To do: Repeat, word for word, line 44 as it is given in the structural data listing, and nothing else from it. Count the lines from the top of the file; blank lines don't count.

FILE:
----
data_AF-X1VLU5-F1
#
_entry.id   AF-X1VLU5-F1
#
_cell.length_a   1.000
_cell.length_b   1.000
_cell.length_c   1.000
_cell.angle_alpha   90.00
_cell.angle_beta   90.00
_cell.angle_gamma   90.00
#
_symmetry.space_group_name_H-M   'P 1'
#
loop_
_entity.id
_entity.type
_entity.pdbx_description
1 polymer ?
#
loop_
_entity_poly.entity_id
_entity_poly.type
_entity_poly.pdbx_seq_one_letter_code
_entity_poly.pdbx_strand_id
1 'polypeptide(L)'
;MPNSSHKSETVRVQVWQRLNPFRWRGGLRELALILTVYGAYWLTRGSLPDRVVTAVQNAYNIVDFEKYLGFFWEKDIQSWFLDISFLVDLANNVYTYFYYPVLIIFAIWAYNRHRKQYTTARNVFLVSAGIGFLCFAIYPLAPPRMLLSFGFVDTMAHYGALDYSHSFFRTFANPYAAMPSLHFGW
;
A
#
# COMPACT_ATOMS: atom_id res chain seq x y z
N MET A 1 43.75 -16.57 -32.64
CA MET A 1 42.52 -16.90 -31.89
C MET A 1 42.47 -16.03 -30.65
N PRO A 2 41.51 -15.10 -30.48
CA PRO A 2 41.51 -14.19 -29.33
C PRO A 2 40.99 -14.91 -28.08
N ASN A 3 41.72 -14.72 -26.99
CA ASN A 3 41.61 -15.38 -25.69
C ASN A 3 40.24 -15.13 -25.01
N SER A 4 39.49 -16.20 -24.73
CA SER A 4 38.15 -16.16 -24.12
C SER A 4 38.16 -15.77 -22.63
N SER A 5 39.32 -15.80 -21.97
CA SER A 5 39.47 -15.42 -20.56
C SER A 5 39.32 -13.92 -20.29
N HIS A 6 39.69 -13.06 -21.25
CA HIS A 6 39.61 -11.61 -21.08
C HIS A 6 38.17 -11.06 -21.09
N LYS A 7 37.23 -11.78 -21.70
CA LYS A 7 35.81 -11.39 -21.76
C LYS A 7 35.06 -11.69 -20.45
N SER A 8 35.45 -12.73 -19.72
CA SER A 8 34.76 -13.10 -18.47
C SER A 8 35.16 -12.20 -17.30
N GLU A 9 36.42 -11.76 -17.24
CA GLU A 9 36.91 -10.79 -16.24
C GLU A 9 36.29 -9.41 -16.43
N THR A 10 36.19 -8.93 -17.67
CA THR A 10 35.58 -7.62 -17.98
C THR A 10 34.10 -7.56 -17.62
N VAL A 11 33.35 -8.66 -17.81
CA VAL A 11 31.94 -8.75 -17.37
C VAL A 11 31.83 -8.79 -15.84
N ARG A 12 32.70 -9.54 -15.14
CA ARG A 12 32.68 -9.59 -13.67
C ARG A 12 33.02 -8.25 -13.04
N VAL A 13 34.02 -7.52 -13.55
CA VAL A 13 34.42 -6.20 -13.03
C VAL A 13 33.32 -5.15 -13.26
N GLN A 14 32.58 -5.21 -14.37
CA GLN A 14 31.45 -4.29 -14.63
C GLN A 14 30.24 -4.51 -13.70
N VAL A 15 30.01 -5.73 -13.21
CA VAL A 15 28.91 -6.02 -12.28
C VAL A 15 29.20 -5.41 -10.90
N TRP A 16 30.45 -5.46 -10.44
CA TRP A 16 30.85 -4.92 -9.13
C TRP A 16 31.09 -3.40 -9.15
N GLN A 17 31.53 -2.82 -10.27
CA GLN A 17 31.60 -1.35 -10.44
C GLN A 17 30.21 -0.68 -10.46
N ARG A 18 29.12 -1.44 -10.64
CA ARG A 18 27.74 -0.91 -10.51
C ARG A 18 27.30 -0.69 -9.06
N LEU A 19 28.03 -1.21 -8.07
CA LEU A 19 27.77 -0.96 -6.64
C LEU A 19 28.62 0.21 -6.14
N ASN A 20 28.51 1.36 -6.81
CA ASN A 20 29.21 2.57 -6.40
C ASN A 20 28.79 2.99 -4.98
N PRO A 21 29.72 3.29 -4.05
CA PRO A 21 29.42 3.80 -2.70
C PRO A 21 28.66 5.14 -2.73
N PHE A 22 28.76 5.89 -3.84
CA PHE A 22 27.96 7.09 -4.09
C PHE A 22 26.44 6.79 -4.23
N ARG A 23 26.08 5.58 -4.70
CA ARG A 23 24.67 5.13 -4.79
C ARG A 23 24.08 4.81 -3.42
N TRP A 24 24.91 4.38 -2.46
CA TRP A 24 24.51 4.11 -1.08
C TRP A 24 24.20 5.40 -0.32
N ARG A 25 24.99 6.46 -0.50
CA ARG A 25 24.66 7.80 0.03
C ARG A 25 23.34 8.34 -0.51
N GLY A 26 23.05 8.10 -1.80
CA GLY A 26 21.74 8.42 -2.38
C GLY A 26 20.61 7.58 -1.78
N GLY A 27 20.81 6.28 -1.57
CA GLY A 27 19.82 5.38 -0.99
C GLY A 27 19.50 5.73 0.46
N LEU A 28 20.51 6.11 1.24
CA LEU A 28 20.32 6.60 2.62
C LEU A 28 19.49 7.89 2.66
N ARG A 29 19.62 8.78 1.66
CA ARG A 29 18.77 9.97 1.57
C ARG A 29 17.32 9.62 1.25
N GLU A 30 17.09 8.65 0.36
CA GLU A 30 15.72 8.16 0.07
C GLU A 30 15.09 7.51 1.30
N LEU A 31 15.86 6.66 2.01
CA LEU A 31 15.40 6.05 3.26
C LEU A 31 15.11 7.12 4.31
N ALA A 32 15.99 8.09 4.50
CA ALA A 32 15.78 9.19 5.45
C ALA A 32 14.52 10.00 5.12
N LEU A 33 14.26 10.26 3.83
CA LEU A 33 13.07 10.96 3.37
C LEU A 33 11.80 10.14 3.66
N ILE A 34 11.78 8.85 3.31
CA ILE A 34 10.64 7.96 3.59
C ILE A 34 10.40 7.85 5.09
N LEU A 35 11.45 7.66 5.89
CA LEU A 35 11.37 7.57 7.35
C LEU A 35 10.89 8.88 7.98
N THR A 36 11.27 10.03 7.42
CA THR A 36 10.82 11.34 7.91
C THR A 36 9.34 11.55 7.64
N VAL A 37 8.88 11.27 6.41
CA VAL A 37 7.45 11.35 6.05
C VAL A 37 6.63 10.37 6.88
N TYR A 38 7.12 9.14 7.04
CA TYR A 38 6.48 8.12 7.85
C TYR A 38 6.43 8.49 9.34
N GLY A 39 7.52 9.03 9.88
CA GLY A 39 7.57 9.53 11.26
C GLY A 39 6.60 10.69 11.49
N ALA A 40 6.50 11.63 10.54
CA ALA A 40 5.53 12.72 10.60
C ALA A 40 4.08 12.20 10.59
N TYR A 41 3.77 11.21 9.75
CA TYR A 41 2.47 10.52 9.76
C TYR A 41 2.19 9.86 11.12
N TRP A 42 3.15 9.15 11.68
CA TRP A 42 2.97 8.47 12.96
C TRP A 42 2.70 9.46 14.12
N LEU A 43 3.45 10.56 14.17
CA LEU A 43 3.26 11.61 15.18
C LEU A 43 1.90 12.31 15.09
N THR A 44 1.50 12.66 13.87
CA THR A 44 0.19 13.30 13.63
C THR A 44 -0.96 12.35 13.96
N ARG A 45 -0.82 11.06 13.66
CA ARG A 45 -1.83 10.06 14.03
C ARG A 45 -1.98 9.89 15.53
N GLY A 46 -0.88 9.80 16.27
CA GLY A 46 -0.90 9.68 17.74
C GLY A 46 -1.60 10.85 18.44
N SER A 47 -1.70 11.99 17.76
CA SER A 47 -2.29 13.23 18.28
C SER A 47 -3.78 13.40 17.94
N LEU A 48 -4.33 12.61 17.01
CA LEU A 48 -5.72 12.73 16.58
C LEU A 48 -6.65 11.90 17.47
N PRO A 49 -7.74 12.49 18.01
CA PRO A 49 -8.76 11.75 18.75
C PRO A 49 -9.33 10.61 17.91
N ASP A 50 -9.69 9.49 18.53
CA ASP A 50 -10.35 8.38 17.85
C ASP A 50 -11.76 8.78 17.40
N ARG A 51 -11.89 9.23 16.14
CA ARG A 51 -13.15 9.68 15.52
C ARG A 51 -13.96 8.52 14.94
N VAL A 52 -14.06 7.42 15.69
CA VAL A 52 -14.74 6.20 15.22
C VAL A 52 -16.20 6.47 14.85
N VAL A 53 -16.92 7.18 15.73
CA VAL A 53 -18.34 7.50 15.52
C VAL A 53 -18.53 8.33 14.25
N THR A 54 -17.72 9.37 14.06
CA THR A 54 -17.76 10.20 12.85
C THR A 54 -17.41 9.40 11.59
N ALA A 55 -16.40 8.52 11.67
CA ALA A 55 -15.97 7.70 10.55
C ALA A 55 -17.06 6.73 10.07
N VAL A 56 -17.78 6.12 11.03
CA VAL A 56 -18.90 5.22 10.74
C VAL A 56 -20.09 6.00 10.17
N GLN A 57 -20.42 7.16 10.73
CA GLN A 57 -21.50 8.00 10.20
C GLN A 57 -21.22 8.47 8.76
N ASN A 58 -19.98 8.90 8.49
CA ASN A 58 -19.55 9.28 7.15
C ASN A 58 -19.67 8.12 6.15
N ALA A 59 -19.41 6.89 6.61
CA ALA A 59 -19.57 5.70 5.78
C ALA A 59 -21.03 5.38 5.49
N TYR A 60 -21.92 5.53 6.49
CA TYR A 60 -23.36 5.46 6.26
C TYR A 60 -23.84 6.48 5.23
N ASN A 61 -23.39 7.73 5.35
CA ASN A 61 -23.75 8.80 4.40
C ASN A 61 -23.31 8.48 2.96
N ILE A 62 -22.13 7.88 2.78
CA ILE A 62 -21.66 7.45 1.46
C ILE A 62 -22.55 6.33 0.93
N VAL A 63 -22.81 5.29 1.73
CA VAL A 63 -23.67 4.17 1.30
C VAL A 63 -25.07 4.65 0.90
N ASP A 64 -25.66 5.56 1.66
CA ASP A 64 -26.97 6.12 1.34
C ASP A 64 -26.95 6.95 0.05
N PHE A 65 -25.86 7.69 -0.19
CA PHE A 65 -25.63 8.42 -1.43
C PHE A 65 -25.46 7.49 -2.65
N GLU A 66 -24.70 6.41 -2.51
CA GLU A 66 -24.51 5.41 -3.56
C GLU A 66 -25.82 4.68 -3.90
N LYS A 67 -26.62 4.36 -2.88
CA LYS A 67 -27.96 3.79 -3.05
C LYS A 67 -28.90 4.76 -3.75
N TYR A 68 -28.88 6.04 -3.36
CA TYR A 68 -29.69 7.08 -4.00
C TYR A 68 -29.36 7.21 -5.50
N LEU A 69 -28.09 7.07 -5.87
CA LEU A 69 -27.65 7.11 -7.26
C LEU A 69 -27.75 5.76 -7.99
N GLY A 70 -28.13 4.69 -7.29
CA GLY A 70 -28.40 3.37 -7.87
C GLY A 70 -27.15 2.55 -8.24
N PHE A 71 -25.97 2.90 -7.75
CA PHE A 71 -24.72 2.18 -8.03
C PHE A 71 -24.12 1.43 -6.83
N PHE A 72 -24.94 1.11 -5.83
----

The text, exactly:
CA SER A 5 39.47 -15.42 -20.56